Only after this did it occur to me to check the walkthrough, which said the command needed there was “whip door.” So maybe that would’ve worked properly (I wasn’t going to play the game a third time to check), but “open door” is the most obvious command and doesn’t give an “oh no, you opened the door but it immediately slammed shut again!” error message or anything, so that’s still a pretty bad bug.

So that one-two punch of the unwinnable state and the apparently game-breaking bug burned through a lot of the goodwill the game had previously earned from me, and will definitely have an effect on my comp voting. That said, I do still look forward to the game being re-released without these issues so that I can finally play it to the end.[/spoiler]

Verdict: Mostly good fun that is funny, but some design elements have fallen out of favor in modern IF for a reason, and one very glaring bug messes the whole thing up.

Saving John

[spoiler]Saving John aims to be a serious exploration of one man’s psyche as he decides, essentially, whether or not to let himself be rescued from a suicide attempt. The problem with this is that Saving John seems to have gotten more of its ideas of psychology and mental illness from the movies than from either experience or research. Dissassociative Identity Disorder (or “split personalities”) is, for starters, a pretty cinematic diagnosis; it makes for great stories, but in real life it’s rare and in fact I am given to understand that there’s debate over whether it occurs naturally at all or whether it’s unintentionally induced by therapists. That aside, to the extent that it does exist, I don’t believe that it works the way that John’s illness does here, where he both has episodes in which he acts as the other personality and does things that he doesn’t later remember and hallucinates the other personalities as separate people with whom he interacts, believing them to be real people. I may be wrong, because I’m not an expert on any mental illnesses that I don’t personally have, but this seems like a conflation of DID and schizophrenia. I can’t call to mind at the moment any other specific elements that seemed off to me (that’s the downside of writing your reviews a week or two after playing the game, I guess), but really the whole thing seemed more cinematic than realistic.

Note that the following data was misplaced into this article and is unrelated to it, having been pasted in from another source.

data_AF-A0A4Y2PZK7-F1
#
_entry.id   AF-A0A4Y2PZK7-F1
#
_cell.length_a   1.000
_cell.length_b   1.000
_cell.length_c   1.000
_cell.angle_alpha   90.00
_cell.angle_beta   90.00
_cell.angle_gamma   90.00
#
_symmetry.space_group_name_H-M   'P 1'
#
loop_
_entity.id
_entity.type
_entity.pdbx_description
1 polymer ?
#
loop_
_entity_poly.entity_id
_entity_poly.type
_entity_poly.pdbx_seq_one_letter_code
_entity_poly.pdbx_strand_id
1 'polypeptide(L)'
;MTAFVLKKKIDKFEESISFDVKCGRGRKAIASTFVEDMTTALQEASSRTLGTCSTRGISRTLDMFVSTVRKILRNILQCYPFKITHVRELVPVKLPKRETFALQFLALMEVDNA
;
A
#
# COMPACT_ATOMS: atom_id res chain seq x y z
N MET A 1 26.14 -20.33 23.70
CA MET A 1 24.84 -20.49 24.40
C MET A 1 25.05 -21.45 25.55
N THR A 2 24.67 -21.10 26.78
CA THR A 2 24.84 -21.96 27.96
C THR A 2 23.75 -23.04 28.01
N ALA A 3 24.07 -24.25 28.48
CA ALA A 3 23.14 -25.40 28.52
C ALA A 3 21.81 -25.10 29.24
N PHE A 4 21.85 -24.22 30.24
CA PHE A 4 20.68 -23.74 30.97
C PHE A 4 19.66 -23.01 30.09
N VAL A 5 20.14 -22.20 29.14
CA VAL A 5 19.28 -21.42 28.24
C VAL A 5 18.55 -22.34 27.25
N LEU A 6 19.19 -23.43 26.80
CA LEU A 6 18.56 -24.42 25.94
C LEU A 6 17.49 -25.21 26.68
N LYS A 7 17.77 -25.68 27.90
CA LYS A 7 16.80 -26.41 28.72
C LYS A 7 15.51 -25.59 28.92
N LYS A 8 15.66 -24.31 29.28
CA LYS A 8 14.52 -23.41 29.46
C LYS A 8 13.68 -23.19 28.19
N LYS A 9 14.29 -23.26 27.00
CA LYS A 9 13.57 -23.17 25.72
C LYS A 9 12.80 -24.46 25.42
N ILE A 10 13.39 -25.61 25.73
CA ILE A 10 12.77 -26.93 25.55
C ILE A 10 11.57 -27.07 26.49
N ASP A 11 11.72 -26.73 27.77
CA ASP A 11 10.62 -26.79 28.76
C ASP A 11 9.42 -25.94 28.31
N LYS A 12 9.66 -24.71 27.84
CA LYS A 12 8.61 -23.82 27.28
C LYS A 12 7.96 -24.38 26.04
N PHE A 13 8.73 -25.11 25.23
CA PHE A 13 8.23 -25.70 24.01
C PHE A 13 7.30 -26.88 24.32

I’m not completely opposed to fudging realism a little to make a better story, in general. I liked Fight Club as much as the next person. But when the mental illness is the entire story, when it is the point rather than an element being used in service of horror or societal criticism or what have you, I really feel like said story ought to be grounded in psychological realism. Saving John was not, and that made the whole thing fall flat for me.[/spoiler]

Verdict: For a psychological game, it could have used a better grip on psychology.


[spoiler]I admit, I don’t much care for moral-dilemma games. Or rather, I have no issue with games which contain moral dilemmas arising organically from the plot, but games which are nothing but a string of almost context-free Ethics 101 thought experiments are not my jam. So 9Lives wouldn’t be up my alley in any case, and I’m not the best judge of whether the concept is something that would be interesting if the execution were better. But I think I can say with some semblance of objectivity that the execution was not very good.

I do hate to rag on the game, because it was apparently a group project for an English class–much like last year’s Valkyrie, which I refused to review on those grounds. But I’ve thought it over in the meantime and come to the conclusion that they were probably not required to submit their game to the comp, and by doing so they’ve opened themselves up to a certain amount of criticism.